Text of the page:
There are several other possible geopolitical moves discussed in other RAND research but not directly evaluated here—including intensifying NATO’s relationship with Sweden and Finland, pressuring Russia’s position in the Arctic, and checking Russia’s attempts to secure its influence in Asia.
Between 2014 and 2016, the US provided $600 million in security assistance to Ukraine. These funds have been used to train Ukrainian military forces and provided nonlethal military equipment, including counterartillery and countermortar radars, secure communications, logistics systems, tactical unmanned reconnaissance aircraft, and medical equipment.
According to RAND, the US could increase its military assistance to Ukraine, or increase its calls to allow Kiev into NATO.
“Expanding U.S. assistance to Ukraine, including lethal military assistance, would likely increase the costs to Russia, in both blood and treasure, of holding the Donbass region. More Russian aid to the
separatists and an additional Russian troop presence would likely be required, leading to larger expenditures, equipment losses, and Russian casualties. The latter could become quite controversial at home, as it did when the Soviets invaded Afghanistan.”
Eastern Ukraine is already a significant drain on Russian resources, exacerbated by the accompanying Western sanctions. Increasing U.S. military aid would certainly drive up the Russian costs, but doing so could also increase the loss of Ukrainian lives and territory or result in a disadvantageous peace settlement. This would generally be seen as a serious setback for U.S. policy.
What’s going on in reality? There appears to be no conclusive peace settlement in Ukraine, and anti-Russian policy continues moving forward full speed. The Kiev regime, at large controlled from Washington, is intentionally sabotaging attempts to de-escalate the situation and publicly preparing for a new military operation in eastern Ukraine. Recently, pro-Kiev sources started laying great hopes on the Turkish military aid. For sure, the US is also involved. In August 2020, incoming US President Joe Biden promised to provide Ukraine with even more lethal weapons. In late 2019, the Trump administration also approved several sales of “defensive lethal weapons” to Ukraine.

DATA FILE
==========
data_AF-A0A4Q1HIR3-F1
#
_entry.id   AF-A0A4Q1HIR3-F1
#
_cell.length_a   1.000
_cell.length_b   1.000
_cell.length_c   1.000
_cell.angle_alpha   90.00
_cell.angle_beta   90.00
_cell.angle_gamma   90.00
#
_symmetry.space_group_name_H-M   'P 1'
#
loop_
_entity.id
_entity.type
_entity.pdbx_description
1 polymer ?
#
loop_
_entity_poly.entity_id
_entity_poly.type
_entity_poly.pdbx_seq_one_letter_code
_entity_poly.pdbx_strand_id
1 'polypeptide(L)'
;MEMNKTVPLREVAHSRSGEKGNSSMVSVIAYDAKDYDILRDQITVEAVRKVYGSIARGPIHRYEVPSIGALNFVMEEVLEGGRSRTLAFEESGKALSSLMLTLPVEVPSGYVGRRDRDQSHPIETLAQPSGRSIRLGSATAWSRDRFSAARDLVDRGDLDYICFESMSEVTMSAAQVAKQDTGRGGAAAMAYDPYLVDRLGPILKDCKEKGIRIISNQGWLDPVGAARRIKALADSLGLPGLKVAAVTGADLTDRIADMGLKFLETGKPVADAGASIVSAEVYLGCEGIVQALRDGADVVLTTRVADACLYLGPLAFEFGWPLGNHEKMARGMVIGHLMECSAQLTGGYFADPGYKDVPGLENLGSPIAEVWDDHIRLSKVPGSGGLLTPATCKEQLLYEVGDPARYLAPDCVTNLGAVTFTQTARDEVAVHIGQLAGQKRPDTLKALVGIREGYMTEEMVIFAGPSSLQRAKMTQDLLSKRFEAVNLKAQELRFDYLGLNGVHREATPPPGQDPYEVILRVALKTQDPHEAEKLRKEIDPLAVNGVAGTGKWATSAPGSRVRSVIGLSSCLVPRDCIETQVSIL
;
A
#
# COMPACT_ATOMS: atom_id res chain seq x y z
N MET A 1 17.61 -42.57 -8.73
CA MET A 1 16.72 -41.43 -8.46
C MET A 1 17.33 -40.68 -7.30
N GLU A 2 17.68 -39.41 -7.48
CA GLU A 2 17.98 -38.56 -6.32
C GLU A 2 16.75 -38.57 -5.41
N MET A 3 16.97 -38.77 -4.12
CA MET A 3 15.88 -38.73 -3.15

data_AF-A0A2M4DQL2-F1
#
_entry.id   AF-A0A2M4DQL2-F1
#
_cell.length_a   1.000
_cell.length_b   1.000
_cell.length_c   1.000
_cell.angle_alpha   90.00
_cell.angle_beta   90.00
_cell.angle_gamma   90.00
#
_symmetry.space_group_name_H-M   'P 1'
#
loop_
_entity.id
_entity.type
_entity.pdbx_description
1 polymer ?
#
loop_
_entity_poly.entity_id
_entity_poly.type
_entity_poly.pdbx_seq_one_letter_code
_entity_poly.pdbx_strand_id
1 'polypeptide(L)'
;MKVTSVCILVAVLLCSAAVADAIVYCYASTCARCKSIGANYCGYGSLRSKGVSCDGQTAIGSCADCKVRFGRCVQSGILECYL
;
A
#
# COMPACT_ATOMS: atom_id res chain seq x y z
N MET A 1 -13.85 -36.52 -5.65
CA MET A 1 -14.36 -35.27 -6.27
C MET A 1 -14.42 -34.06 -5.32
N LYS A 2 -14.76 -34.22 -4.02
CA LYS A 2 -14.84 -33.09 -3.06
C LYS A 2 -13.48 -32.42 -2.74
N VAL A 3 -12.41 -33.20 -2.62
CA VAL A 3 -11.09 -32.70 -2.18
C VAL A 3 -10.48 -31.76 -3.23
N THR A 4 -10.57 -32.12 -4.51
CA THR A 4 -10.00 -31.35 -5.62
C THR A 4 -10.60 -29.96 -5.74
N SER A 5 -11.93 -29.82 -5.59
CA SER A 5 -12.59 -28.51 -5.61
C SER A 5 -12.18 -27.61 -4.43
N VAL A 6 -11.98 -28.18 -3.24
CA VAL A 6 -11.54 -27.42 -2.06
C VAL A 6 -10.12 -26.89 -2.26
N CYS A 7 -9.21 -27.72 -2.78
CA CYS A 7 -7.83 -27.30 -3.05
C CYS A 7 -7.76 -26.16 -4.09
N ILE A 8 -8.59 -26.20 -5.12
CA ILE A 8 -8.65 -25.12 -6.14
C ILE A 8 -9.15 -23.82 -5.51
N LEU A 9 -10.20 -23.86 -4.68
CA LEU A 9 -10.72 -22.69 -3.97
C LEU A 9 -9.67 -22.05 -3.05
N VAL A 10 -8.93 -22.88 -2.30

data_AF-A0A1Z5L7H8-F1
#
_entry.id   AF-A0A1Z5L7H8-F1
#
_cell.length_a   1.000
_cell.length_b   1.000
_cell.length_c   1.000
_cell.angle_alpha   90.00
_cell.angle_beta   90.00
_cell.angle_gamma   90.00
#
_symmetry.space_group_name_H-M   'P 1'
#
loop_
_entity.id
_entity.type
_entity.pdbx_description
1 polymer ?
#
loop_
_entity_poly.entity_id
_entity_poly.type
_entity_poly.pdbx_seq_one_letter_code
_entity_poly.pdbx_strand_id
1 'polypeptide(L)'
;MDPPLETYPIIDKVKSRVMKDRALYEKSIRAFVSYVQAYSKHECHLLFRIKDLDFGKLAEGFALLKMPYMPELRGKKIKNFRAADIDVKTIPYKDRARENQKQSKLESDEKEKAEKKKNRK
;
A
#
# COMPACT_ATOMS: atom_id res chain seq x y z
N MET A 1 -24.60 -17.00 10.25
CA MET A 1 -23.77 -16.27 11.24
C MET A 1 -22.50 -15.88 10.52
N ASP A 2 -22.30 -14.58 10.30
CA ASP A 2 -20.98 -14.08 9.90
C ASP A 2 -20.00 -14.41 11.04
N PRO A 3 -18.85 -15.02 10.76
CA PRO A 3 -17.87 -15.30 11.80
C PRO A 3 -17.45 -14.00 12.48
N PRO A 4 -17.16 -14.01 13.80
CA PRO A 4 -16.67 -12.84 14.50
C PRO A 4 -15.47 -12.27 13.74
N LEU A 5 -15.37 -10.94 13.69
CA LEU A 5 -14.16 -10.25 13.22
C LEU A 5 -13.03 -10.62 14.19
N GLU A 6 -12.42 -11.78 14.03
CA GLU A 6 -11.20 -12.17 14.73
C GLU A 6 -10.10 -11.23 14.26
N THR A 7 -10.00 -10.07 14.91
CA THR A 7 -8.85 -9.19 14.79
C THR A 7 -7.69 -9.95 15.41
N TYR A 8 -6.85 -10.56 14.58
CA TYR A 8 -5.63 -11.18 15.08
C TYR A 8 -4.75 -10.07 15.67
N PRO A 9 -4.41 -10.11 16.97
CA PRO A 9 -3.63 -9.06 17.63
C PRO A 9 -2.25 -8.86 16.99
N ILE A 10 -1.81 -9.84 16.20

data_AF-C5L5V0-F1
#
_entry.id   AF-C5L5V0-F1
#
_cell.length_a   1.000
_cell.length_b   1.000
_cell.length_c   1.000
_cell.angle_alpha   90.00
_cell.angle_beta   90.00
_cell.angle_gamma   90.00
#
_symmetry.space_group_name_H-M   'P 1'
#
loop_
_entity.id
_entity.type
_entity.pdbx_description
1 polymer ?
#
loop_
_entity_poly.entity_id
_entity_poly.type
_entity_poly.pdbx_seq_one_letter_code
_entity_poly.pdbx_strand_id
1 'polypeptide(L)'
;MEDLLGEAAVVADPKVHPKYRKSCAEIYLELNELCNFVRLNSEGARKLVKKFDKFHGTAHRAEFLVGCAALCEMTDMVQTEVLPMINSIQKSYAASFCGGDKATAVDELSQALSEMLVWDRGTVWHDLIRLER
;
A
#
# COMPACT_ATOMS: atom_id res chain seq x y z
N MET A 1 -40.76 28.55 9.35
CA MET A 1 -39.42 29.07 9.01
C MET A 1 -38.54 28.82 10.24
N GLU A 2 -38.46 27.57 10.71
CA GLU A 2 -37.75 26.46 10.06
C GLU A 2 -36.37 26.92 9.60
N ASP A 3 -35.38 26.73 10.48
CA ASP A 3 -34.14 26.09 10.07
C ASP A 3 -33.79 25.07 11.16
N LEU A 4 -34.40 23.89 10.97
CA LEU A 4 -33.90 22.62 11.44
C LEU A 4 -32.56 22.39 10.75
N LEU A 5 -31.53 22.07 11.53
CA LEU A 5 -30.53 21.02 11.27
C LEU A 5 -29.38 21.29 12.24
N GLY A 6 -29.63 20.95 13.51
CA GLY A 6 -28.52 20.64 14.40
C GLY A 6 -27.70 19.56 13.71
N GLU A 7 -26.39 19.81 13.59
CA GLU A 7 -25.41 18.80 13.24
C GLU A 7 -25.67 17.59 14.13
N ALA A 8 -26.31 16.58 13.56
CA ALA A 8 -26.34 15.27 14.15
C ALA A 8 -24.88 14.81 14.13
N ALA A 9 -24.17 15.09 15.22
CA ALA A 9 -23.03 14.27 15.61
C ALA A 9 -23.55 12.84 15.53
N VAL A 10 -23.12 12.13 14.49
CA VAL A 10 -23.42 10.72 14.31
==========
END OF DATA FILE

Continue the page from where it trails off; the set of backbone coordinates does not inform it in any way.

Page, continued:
As such this part of RAND’s suggestion appears to be moving, more or less, according to plan.
“In 2015, Russia’s intervention in Syria cost an estimated $2.4 million to $4 million a day, according to the Moscow Times and IHS Janes’ estimates. 34 Given the size of Russia’s defense budget ($50 billion that year), the sum might not be significant in and of itself.”
Increased U.S. support to the so-called ‘moderate’ Syrian opposition could perpetuate and intensify a civil war that had begun to wind down, thereby imposing attritional costs on both Russia and Iran.
RAND believes that such support should also reduce the “moderate opposition’s” reliance on the better-armed, more extremist groups and ultimately might improve the willingness and ability of moderate opposition forces to combat the “more extremist elements.” Now, first of all RAND doesn’t even deny that the most of “moderate opposition” is made up of extremists, who are fighting against even more extreme elements.
At the same time, the reality of the situation is this: the US, with all its claims of complete withdrawal from Syria, simply employed the SDF separatist leadership as a tool of sabotaging the peace settlement in Syria, while Washington is looting Syria’s oil fields. US companies exploit Syrian oil resources. Some of the money is used to bankroll the SDF.
The Russian side has repeatedly also claimed that ISIS and ISIS-affiliated fighters were being trained and received improved weaponry in the US-controlled areas of Syria.
Unlike Ukraine, the United States does not have a single actor to aid in the fight in Syria but rather faces a plethora of groups—often with murky affiliations—increasing the chances of weapons falling into the wrong hands.
“Supporting the rebels could run counter to the most prominent objective of the Trump administration’s Middle East foreign policy—fighting radical Islamist terrorism.”
In the highly unlikely event of total success—if Russia were to abandon the Assad government and the opposition were to somehow ‘defeat’ Damascus—the result would be a major geopolitical setback for Moscow but also a major contraction in its foreign commitments and associated expenditures, not to mention a huge responsibility for the United States and its allies to assume.